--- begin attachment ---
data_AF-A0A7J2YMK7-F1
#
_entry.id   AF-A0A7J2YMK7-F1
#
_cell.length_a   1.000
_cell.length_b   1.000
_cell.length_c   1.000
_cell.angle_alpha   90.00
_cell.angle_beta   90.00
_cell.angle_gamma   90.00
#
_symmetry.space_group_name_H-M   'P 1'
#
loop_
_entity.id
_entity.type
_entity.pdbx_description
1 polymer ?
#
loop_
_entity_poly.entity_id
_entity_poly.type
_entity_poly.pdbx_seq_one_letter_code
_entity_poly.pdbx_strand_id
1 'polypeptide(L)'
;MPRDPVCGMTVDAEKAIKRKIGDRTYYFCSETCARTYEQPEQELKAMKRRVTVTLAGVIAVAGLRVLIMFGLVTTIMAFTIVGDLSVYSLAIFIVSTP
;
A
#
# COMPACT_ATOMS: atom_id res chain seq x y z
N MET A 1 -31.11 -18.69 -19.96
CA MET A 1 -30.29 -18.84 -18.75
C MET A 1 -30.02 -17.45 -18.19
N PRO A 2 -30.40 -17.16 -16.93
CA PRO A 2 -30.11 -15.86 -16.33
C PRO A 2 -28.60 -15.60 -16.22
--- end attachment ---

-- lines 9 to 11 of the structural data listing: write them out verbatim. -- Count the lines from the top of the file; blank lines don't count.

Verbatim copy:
_cell.angle_beta   90.00
_cell.angle_gamma   90.00
#